- Charter party disputes with regards to despatching, the speed and consumption performance of a vessel, payment of hire or freight, and the like
- Disputes with Port authorities regarding their decisions or applications of tariffs
- Customs disputes
- Bad debts of service providers
How Much Does A Maritime Lawyer Make
The salaries of a maritime lawyer can vary from country to country. For example, in London, England, the average salary of a maritime lawyer is around £60,000, while in the United States, the average salary is almost $120,910. In the US, these salaries will also differ from state to state.
However, as it is with every other field, a general salary package will differ depending on which firm you work for, where you are based and, of course, what level you are at in your professional life. If you are looking to become a maritime lawyer, the salary will most probably be less stable because of the freelance nature of your job. Nevertheless, you will have the chance to earn more in the longer run.
Maritime Law Courses
Just like it is with other law degrees, maritime law courses offered by universities also depend upon the country that you choose to study in. In countries like Singapore and the UK, law degrees are earned in the form of an LLB (Bachelor of Laws). After this, students take the national Bar or Law Society qualifying exam which is essential for them to pass in if they want to practice as a lawyer.
Sometimes a BA in Law (BL) or a BSc in Law is also awarded. Keep in mind that most universities draw a clear distinction between LLB and BA programmes where the former emphasizes particularly on law, while the latter permits students to take modules in other subjects. Graduate law degrees put more spotlight on academic research and are often referred to as a PhD in Law, (JSD) Doctor of Juridical Science or Doctor of Laws.
On the other hand, in countries such as the US, Japan, Canada, Hong Kong and Australia, a J.D (Juris Doctor) is offered instead. These countries require you to have a bachelor’s degree in a different (but often related) discipline. After your bachelor’s degree, you can then continue to take up legal studies at the graduate level.
A Juris Doctor takes three years to complete. After they have finished their J.D, students are also offered the choice of acquiring a Master of Laws (LLM) in any area they wish to specialize in. If a lawyer does not have a J.D, they can study for LLM. This will open doors for them to practice in countries that require a JD. It is mandatory for any law student who wants to study in the US to take the LSATs (Law School Admission Test) if they want to be admitted into American law programmes.
Many universities offer advanced maritime law diplomas (apart from general postgraduate diplomas) that can help you grow and excel in your career.
Most maritime law courses are similar to what other law specialisations are taught. In their first year of law school, students studying the LLB in Maritime Law are taught the fundamentals of law. These basic courses include those such as introduction to legal techniques, the legal system, legal research and reasoning and literacy skills.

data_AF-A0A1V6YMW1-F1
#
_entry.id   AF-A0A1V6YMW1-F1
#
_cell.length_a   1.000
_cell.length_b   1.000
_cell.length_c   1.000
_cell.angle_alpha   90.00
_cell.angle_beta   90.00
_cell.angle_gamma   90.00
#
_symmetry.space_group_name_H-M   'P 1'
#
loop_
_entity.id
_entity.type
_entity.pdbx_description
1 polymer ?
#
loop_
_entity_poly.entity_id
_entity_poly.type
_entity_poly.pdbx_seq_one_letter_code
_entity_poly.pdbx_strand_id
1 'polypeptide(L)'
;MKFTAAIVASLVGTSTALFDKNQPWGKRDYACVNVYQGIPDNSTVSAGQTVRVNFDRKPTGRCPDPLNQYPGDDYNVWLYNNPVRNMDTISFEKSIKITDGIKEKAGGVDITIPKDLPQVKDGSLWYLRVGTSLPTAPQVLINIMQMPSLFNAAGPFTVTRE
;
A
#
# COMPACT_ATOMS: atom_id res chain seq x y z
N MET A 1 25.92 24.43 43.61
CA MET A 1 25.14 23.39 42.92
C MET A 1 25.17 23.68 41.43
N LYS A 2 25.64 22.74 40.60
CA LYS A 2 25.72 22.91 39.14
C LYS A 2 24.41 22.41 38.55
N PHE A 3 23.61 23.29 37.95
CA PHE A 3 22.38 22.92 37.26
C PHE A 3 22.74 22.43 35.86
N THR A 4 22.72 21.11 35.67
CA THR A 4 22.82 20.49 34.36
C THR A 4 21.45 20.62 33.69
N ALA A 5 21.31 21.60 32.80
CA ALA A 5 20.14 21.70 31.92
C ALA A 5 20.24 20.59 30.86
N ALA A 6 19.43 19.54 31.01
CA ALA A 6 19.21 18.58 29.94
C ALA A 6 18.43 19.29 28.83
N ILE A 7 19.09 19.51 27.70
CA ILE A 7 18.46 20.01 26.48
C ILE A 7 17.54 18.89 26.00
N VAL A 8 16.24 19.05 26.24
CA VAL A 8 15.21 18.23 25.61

In the second year, students get to learn more about criminal law and criminal justice, securities law, contract law, legal system and research, property law and law of torts. On the other hand, remaining topics and essential modules like employment law, family law, health care law, equity and trusts, data protection law and international law and finally maritime law subjects.
The maritime modules that law schools focus on are:
- Carriage of goods by sea
- International trade law
- Introduction to the international law of the sea
- International commercial arbitration
- Admiralty law
- Marine insurance
- Injured employee compensation
- Marine pollution
- Shipping contracts
Some Great Universities For Studying Maritime Law
Here are some universities that you can consider applying to if you want to pursue maritime law:
- Swansea University
- University of Southampton
- Tulane University
- National University of Singapore
- University of Cape Town
- University of Oslo
- International Maritime Law Institute
- University of Nottingham
- Dalhousie University
- University of Hawaii at Manoa
- City, University of London
Maritime law can handle many insurance issues concerning cargo on ships, civil matters between owners of vessels and passengers, as well as piracy issues. Marine lawyers also oversee issues concerning insurance of ships, registrations and inspections. Currently, the UK is the largest legal service provider for maritime lawyers and for anyone who wants to pursue this career. The country has over forty active law firms in the sector.
Maritime lawyers often find themselves in situations where they are investigating and dealing with disputes as a result of collisions, explosions, fires on boarding ships, sinking oil spills and so on, all from a single incident. However, the wet work is always thrilling, and calls for instant investigation, responsible and quick decision-making, and of course advising all of the interested stakeholders. Therefore, it is safe to say that there is no boring day in the life of a maritime lawyer!